R2. Creating value in negotiation - Chapter 2.pdf

If their priorities were identical there would be no

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priorities. If their priorities were identical, there would be no way for one person to con- cede on Issue A in return for more of Issue B. Similarly, consider the essence of contingency contracts: they create value because the two parties have different expectations about the future. If their expectations were identical, they would have no opportunity to introduce clauses that increase both parries' expected value. Negotiation geniuses understand this crucial insight: you can leverage differences of all types to create value. For example, consider differences in risk preferences. If you are risk averse and someone else is risk neutral, you are in a position to pay that person to take on your risk. Sounds funny, right? But that is exactly what an insurance com- pany does. You pay your health, automobile, 01' home insurance company a premium to cover your losses in case something goes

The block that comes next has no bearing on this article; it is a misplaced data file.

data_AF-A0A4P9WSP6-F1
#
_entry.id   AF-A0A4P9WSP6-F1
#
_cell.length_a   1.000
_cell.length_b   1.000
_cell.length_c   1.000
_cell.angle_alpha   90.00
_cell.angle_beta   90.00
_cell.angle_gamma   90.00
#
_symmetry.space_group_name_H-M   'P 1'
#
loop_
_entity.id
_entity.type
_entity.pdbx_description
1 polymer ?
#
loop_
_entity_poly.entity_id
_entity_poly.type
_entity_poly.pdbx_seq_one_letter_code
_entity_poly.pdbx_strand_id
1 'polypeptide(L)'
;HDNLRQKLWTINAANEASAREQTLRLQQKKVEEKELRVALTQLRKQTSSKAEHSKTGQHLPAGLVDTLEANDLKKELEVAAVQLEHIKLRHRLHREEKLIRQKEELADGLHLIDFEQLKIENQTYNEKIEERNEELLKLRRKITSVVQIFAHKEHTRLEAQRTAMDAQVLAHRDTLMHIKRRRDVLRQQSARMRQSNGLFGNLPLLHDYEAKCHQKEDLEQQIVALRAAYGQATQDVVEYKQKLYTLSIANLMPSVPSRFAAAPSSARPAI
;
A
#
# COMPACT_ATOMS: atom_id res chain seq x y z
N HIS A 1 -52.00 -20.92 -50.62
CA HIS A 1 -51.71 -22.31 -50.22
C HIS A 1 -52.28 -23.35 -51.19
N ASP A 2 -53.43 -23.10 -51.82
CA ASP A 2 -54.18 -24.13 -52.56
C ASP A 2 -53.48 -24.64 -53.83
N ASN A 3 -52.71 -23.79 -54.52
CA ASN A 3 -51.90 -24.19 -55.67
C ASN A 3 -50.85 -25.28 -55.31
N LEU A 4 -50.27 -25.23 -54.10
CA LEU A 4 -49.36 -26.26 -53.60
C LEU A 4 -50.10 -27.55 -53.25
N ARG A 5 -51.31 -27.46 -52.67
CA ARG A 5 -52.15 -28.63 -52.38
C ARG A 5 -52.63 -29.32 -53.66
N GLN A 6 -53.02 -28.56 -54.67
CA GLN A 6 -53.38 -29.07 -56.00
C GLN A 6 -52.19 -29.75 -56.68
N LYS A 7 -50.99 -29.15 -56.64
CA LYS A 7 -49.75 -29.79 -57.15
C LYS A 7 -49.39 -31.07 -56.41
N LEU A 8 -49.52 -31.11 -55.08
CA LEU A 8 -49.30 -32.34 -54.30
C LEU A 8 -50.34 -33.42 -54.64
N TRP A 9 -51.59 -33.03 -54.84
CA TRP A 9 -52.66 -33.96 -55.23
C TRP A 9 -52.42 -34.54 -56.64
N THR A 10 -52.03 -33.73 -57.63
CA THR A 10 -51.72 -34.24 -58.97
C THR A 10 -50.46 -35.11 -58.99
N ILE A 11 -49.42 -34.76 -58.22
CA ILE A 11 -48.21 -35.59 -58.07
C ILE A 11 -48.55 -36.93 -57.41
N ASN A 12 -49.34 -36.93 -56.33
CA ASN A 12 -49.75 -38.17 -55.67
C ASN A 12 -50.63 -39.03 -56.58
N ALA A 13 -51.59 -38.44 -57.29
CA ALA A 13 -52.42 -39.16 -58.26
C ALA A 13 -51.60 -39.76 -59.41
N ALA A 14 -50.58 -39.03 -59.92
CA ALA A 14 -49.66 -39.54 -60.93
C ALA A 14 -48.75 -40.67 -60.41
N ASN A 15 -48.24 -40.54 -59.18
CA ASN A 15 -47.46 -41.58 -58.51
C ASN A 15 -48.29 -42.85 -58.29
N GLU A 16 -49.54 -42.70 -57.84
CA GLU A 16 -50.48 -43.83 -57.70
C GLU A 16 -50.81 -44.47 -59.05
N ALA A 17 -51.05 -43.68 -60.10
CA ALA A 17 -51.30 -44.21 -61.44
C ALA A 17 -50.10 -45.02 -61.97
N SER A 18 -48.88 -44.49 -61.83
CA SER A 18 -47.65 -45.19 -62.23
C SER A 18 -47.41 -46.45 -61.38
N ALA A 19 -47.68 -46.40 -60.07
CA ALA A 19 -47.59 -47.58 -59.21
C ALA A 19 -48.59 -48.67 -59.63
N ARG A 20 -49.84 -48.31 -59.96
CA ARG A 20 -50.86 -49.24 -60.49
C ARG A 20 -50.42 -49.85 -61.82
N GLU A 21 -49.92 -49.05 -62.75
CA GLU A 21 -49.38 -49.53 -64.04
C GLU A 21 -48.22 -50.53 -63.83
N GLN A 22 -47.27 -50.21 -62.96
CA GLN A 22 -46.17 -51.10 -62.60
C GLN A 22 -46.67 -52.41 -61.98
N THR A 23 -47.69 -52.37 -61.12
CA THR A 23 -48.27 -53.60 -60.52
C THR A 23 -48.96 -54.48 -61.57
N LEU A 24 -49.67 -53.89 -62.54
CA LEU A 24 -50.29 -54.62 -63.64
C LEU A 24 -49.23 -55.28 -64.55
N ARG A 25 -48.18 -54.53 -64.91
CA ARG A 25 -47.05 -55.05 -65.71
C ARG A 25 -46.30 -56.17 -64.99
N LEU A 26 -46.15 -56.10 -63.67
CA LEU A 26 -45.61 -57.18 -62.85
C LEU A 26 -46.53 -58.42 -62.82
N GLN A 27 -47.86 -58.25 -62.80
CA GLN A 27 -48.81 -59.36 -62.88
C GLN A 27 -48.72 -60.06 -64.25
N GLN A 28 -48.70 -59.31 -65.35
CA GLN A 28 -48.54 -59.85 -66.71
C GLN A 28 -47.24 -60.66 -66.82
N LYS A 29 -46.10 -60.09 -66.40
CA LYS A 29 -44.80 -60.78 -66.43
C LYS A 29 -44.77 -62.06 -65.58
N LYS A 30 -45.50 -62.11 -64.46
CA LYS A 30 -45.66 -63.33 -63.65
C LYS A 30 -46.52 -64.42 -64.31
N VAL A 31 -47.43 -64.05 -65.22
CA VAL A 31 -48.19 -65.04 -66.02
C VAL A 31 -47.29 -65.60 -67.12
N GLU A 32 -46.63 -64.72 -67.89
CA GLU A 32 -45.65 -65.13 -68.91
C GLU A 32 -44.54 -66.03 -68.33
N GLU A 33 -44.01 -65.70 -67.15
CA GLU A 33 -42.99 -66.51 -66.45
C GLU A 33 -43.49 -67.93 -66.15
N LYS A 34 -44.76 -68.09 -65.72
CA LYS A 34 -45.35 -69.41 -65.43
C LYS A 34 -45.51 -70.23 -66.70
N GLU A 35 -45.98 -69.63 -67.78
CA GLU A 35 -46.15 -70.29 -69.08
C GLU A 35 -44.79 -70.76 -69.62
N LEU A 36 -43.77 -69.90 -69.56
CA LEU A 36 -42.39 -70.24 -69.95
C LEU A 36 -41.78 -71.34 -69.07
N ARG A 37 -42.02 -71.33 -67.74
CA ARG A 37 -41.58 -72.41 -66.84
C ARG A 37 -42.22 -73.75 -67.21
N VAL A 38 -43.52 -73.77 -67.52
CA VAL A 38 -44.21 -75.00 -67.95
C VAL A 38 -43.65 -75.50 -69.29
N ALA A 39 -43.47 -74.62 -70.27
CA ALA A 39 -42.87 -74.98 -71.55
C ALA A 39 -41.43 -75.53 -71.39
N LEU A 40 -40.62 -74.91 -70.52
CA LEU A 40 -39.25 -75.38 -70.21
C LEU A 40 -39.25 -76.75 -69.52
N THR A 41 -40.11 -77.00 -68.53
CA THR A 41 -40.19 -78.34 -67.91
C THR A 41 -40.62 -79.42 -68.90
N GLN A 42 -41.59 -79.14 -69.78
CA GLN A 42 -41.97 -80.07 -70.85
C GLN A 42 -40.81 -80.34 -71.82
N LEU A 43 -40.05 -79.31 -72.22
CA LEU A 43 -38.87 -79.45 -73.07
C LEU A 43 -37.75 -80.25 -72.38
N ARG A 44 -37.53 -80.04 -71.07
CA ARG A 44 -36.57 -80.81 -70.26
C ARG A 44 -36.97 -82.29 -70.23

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78 NEGOTlATlON GENIUS wrong. On average, you willlose money when you buy insurance. But because you are risk averse, you are willing ro lose some money in ex- change for paying the risk-neutral company ro take away your risk. This makes both of you better off and no one worse off-which means value has been created! As another example, consider differences in time preferences. If you are not currently using something you own, but another party needs it right away, you can give them what you have in return for a payment. If this sounds familiar, it's because this is what happens when you de- posit some of yóur money with a bank. You give your money to the bank because you do not need to spend it immediately. In return, the bank gives your money ro its borrowers and pays you for the use of your money in the form of interest. This exchange makes both of you beder off. When negotiating, rather than tryi¡-{g to ignore, reconcile, or over- come your differences with the other party, you should try to seek out differences, and then find ways to leverage them ro create value. For example, the next time someone strenuously objects to a particular as- pect of your proposal, do not be dismayed. Instead, try to discover how much the other side values getting their way on this aspect of the deal. If they value it sufficiently, they may be in a position to make the deal even sweeter for you by making other concessions in return for your flexibility. POST-NEGOTIATION STRATEGIES FOR VALUECREATION Negotiation geniuses do not stop after having created value during the negotiation; they continue to seek out Pareto improvements even after the deal is signed. A powerful tool for valuecreation is the use of post-settlement settlements (PSS) settlements that are reached after the initial agreement is signed. 4 Imagine the following: After weeks of negotiation, you have just signed a complex deal with the CEO of Firm X. You are satisfied with the deal and so is the other party. You want nothing more than to go home, CREATING VALUE IN NEGOTIATION take a shower, and pop open some champagne. But y¿u recon- sider, deciding ro try something a litde different. You ask the CEO
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